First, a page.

Well, that got your attention, didn’t it? Instead of talking about the delightfulness of this popular erotic tale (which I admit I haven’t read), this entry is all about going gray, as in hair color. It’s a fairly taboo subject, too, come to think of it.
A couple of years ago I decided to stop coloring my hair, mainly because of the upkeep, but more so because I wondered how it would look. Would it be salt and pepper gray? Pure white? A mix of colors? Would the texture be straight or frizzy? How long would it take to grow out? I also began to notice older women with gray hair at library conferences. There were lots of different colors, textures, and styles, from very chic to blah.
While I’ve never walked up to anyone and asked about why they decided to go natural (maybe I should), I often wonder about they came to that conclusion. People have volunteered their own opinions about hair color, though. Some say they will color their hair for as long as they can, i.e., “My students will think I’m old if I go gray.” “I’m not ready to give up and let myself go.” Others say they’re fine with going natural, and embrace it with new hairstyles, or just cut it short and call it a day.
If you do decide to go natural (or keep coloring your hair), as you get older be aware that changes in hormonal levels due to menopause, diet, or illness can result in:
- The texture of your hair changing, often becoming more coarse and curly
- Hair starting to thin out, with slower growth (there is female pattern baldness, too)
- Hair that is dry and hard to manage
If you already have a good stylist, ask her/him about the best ways to keep your hair looking good. A professional cut is important, but doesn’t have to cost a fortune. If you see a style you like on someone, ask them where they got their hair cut, or look online at hairstyles that appeal to you, and show them to a stylist. If you are basically a low-maintenance person when it comes to hair, there are lots of wash & wear styles you can try, and of course, if you don’t like a particular style, you can always try something new! As for me, I’m really glad I decided to quit coloring my hair and let nature take its course. I was born with auburn hair that grew darker as I got older, but my hair now has red, gold, and gray all mixed together, and it will probably be all white in a few years. I also have lots of it, so I get it trimmed and textured every few weeks.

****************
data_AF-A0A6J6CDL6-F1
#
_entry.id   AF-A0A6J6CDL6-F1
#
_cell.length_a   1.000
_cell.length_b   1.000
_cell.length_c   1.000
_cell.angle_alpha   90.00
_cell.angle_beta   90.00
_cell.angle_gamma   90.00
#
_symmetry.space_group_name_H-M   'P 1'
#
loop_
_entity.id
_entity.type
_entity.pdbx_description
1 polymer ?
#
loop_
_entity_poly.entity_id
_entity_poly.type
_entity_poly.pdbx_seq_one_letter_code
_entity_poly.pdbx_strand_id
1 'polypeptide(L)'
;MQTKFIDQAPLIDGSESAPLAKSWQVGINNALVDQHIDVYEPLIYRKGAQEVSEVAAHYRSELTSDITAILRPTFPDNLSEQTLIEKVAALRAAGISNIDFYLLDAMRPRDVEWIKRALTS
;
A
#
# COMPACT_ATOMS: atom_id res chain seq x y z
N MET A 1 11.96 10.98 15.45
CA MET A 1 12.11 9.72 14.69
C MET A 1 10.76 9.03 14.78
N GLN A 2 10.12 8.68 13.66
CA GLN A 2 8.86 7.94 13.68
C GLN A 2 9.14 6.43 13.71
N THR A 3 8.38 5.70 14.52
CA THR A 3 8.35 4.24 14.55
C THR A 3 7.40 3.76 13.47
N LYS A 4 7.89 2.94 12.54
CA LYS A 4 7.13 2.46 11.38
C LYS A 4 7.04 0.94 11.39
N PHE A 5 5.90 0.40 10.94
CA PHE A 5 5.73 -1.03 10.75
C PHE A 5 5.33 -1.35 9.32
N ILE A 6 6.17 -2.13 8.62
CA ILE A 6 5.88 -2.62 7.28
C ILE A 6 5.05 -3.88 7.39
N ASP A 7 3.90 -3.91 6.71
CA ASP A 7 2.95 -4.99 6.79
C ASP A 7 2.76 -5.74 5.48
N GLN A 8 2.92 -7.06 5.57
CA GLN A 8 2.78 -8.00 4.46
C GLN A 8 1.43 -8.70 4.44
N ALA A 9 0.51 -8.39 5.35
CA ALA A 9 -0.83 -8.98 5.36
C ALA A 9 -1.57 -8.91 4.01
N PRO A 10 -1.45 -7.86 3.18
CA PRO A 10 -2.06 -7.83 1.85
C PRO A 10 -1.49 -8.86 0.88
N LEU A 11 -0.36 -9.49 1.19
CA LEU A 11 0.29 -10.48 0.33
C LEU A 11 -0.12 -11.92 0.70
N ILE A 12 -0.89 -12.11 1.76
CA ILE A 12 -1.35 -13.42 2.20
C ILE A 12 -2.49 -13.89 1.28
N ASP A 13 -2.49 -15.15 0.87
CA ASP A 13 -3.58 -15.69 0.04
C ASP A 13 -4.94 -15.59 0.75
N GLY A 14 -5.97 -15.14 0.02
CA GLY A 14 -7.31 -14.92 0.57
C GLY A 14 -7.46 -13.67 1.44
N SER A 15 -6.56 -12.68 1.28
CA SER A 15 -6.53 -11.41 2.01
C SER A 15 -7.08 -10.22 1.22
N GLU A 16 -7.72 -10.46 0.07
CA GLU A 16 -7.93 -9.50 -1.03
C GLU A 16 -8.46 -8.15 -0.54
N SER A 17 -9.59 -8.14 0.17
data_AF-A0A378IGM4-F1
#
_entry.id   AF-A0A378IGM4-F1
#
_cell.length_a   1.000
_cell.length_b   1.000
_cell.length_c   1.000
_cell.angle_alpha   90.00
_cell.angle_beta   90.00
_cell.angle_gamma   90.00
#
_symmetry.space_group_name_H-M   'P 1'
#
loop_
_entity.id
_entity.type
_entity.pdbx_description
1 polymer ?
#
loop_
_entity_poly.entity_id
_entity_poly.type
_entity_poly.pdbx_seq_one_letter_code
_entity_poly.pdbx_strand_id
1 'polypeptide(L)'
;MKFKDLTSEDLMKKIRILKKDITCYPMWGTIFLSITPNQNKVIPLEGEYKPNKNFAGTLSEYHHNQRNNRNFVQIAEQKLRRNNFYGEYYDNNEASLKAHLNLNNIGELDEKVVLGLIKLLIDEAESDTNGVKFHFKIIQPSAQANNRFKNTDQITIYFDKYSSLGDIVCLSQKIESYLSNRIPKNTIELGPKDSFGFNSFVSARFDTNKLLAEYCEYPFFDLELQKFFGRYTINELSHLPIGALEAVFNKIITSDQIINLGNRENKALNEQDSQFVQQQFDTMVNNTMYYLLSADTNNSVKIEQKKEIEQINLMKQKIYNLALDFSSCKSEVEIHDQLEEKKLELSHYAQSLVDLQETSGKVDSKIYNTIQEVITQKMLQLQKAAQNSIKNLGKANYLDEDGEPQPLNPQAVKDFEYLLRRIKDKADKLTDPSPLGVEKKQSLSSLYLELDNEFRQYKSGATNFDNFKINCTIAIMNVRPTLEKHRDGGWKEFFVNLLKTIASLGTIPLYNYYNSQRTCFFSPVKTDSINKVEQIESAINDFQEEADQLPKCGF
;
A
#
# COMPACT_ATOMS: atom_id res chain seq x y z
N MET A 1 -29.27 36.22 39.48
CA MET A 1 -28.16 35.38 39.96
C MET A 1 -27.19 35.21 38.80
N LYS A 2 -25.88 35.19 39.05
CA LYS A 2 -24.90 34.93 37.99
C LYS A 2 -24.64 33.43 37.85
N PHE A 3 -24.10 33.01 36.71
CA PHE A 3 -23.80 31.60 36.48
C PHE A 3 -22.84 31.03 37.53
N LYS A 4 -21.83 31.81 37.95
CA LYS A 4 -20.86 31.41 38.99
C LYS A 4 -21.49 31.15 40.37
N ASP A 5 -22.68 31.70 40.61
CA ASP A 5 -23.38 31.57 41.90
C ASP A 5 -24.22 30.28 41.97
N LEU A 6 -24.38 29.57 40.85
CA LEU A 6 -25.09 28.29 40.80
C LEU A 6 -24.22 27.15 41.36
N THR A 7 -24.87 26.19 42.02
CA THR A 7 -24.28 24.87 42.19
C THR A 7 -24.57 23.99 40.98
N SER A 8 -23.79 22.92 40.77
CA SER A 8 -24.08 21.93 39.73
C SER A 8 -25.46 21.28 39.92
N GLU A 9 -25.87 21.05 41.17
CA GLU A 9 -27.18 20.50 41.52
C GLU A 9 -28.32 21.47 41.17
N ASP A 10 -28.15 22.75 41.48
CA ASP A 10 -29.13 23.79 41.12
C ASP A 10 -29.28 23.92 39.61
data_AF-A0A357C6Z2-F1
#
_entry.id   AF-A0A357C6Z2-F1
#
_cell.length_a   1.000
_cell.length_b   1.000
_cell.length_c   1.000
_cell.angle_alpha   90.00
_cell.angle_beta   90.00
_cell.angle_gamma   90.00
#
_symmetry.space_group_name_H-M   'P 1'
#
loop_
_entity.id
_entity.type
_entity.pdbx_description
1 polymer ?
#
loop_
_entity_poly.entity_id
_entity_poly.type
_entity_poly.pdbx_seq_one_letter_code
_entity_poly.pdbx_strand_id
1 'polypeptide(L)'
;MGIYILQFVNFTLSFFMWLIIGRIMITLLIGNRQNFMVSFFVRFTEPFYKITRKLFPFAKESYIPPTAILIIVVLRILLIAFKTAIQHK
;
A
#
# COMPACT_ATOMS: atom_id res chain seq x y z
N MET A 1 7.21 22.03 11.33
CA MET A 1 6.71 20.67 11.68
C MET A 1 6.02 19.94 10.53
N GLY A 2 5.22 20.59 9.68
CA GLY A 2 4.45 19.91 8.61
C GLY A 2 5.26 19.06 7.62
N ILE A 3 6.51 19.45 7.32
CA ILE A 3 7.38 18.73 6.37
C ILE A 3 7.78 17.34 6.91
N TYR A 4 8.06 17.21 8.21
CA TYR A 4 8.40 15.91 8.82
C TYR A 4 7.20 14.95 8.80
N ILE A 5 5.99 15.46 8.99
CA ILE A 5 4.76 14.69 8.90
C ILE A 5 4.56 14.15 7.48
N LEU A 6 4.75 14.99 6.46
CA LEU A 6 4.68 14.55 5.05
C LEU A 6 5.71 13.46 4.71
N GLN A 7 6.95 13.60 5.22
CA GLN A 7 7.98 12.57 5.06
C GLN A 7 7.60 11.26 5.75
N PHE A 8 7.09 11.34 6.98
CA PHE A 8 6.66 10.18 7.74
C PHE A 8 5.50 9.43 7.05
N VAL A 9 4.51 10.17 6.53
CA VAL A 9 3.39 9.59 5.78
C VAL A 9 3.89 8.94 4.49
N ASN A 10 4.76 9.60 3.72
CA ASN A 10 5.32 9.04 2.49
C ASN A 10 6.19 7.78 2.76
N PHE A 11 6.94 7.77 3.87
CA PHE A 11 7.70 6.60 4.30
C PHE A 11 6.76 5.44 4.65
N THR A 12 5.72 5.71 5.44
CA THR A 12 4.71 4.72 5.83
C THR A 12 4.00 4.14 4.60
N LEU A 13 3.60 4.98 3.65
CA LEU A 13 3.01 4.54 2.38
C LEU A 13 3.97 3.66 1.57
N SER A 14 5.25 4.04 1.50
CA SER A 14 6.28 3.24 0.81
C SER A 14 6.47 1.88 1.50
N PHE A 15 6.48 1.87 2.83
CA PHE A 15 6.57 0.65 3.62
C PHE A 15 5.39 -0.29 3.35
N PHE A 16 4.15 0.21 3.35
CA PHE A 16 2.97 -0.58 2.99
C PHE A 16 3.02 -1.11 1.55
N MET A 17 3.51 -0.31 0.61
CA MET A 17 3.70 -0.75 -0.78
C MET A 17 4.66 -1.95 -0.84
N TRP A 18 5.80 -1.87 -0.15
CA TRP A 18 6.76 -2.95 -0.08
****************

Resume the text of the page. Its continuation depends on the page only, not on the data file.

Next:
Graying hair can make you look washed out, so if you do wear makeup, you might want to adjust and brighten your look. I’m a fan of Bobbi Brown cosmetics because many of her products are aimed at women with older skin. Go to the makeup counter at a department store and ask for help and a makeover if they can do it. It’s fun and doesn’t cost you anything until you decide to purchase all or some of the stuff they recommend. (I usually go for the more expensive blush and eye shadow because they tend to last a lot longer than most drugstore products, but I stick with Maybelline and Revlon for mascara and powder.) If you don’t wear makeup, try a skin care regimen specifically formulated for older and more delicate skin. What worked in your 20s and 30s may not work for you now.
In closing, the most important thing is to have confidence in, and own your look. Whether you decide to go natural or keep coloring your hair, try to keep a positive outlook in mind and body.
I’d love to hear what you have to say on this subject!
Here are some links you might find helpful and interesting. I especially love Advanced Style – these women and men are fabulous.
Submitted by Alex Simons